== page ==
CV: While there is no single cause for cons changing, to you, what do you think are some of the key factors are in the change?
DD: They are multiple. Here's a list, in no particular order:
1) I think some publishers (not the ones Dave's involved with, thankfully) prefer to downplay the limelight cast upon the artists, inkers, writers, etc. so the creative talents have become persona non grata--interchangeable, making the I.P. the star, rather than the talented folks who create them.
2) I think the top-tier TV and film people appearances/autograph sessions (and pricing) detract from the comic book veterans. As much as we enjoy seeing them (because remember, we are not immune - we are fans, too), we definitely compete with them for dollars.
3) I think the over saturation of comic book conventions every weekend ends up hurting every comic book convention, in the final analysis.
4) I think someone at City Hall needs to police the hotels price gouging people, especially in San Diego. I heard a rumor that some crappy hotel, like a Motel (I'm leaving out the # so I don't get sued!) that likely had crystal meth residue, was charging $300 a night during SDCC. We pay way less than that for a beautiful European hotel. If this is true, how the hell is anyone supposed to afford to spend money at SDCC? Or get a good night's sleep and actually enjoy the show?
5) I think the conventions cost too much. Ticket prices are insane. People save up for a year to afford to attend SDCC and shows like it. Like us, the cost of the hotel, rental car, plane fare, and food makes it hard to have expendable income for the exhibitors. We understand what that's like. We're fans, too. We like to shop, too!
6) Here's the point I attempted to make in my first blog - the hipster invasion. People with no appreciation for comic book history are attending JUST to see their favorite Game of Thrones actor. These are the same people who are overtaking Burning Man and Coachella and the like because it's hipster cool to populate your selfies on Instagram at a place with such hard-to-get, coveted tickets. Once they invade, it's time to move on.
However, as many have pointed out to me via Twitter--and I am taking their thoughts very seriously--perhaps this is a "teachable moment" to engage a new fan base? I'm unsure if or how many we could actually convert to becoming fans of comics, but it sure would be nice. I think the future of comics depends upon it. I feel we don't treat comics here with the same level of love and respect that the Europeans do.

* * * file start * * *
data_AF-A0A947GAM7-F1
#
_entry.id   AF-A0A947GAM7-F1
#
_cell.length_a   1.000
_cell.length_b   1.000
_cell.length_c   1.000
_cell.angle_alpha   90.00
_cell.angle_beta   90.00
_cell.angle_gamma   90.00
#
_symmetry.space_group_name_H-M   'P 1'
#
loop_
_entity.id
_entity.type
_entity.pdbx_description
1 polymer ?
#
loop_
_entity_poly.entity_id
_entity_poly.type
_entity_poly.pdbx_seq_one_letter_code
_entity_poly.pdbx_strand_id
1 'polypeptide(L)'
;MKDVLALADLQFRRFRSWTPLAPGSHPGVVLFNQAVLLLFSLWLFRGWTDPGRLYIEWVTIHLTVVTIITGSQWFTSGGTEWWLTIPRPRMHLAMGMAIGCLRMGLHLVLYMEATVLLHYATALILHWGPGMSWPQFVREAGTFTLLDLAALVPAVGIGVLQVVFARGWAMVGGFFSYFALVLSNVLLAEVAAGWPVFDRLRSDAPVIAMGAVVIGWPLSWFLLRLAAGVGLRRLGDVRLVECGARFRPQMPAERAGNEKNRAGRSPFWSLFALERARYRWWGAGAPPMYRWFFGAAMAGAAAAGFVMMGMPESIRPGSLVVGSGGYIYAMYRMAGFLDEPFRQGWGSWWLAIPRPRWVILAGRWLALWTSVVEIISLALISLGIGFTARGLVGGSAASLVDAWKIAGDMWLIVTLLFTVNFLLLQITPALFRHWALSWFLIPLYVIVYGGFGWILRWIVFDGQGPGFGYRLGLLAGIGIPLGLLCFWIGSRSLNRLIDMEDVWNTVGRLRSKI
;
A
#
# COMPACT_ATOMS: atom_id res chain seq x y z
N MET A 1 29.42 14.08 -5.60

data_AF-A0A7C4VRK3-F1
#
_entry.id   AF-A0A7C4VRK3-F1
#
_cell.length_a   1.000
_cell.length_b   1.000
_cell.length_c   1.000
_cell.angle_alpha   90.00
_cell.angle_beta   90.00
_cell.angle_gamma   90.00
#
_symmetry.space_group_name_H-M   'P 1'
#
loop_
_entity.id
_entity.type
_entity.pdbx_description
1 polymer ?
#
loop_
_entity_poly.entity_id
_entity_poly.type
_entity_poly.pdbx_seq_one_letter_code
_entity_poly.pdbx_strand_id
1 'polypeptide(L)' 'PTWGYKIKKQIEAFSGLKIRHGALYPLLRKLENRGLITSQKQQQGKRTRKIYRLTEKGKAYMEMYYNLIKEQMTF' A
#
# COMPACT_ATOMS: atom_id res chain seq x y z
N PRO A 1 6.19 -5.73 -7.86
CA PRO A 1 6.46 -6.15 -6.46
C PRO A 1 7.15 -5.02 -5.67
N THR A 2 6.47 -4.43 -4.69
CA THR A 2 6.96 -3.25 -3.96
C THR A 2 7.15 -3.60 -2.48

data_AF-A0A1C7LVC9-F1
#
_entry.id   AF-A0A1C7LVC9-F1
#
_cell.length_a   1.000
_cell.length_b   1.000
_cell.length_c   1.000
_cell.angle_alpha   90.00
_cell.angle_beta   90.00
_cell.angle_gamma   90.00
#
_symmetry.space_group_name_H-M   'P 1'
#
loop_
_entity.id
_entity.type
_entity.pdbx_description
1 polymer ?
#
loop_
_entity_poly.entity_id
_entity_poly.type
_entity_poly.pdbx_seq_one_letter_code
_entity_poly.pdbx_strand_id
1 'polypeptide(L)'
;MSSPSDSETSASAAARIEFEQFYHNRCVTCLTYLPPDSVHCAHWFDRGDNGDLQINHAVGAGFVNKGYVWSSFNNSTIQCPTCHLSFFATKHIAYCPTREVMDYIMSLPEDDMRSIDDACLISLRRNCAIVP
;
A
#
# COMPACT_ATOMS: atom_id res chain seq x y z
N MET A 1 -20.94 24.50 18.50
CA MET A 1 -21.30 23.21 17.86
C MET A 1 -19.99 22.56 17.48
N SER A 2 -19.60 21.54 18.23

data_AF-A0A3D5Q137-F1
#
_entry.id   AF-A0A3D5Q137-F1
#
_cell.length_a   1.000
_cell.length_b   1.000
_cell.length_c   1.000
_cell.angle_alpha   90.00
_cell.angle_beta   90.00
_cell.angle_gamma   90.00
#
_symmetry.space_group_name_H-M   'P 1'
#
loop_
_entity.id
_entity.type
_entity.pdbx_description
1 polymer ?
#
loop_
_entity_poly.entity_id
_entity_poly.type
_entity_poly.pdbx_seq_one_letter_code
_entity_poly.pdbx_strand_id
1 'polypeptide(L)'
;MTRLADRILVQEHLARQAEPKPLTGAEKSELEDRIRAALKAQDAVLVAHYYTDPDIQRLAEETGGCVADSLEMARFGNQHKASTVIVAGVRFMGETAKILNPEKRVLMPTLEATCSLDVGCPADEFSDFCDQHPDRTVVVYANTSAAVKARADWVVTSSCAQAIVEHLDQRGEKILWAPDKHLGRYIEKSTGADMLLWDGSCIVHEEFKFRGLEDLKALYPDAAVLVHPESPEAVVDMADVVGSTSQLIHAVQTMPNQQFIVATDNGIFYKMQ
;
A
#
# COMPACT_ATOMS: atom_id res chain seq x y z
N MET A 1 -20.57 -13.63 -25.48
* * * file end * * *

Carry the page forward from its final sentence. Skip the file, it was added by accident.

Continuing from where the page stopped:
CV: Do you feel exhibitors and artists are treated fairly by those who run these cons?
DD: It depends on the Con. Most organizers like Mike Ensley at Pensacon, Larry Zore at Indy PopCon, and Sheldon at HeroesCon are lovely. They do everything they can to ensure the comfort and happiness of their exhibitors.
I see Artists Alley exhibitors treated like crap all of the time and in some shows, being squeezed out altogether. That saddens me.
CV: Taking a look at the positive side of things, has there been any good for you and Dave coming out of the the growing con culture?
DD: First of all, it's an excuse to have a yearly family reunion with the artists, writers, creators, and retailers we love. We would dearly miss these yearly get-togethers.
Secondly, the fans have become family to us. Some stay at our home during their trips to Chicago, or they visit us here while they're in town. You can't put a price tag on the lovely people you meet through these conventions. They are priceless. We would never have met them otherwise. Dave genuinely values their feedback more than they could ever know.
Thirdly, we consider SDCC our family "vacation." You probably won't believe this, but this is a fact - Dave and I have never, ever taken a real vacation together. We had no honeymoon. SDCC was it, and that was a month before our wedding in 2003. We dedicate our lives to doing these shows and satisfying the fans, and we just want to ensure we're doing a better job of it so in the end, everyone comes away happy.
Fourth, we definitely make connections at these shows that are invaluable. For example, meeting "Shoot 'em Up" director Michael Davis resulted in a long-term friendship, which has helped us enormously, and resulted in Dave signing with producer Scott Faye of Depth Entertainment and L.A. entertainment attorney Adam J. Sher as his representatives. Interviewing producer Michael Gross last year for our Heavy Metal Revisited documentary (about the 1981 animated film) we're producing with Bunbury Films was another highlight. Michael was there for only one day, and the details he revealed on film were stunning and have never before been heard by the fans. Dave Scroggy of Dark Horse helped make that happen for us, and we're eternally grateful to him and to Michael.
CV: In addition, has Dave's art done better in an online market or is selling his work at cons still the way to go?
DD: That's a great question. I think it does better in the online market in terms of sales, but the fan connection (in person) is so important to Dave. He wants their feedback. Emails and social media posts don't have eye brows, so gauging fan reaction to the work is always best done in person. It's a two-way relationship of give and take, and we'd like it to continue on that way.
Thanks to Denise for talking to us about this. Check her out on Twitter. Also, follow her husband, Dave on Twitter who does some amazing Star Wars art. Make sure to also check out Dave Dorman's WASTELANDS Omnibus as well!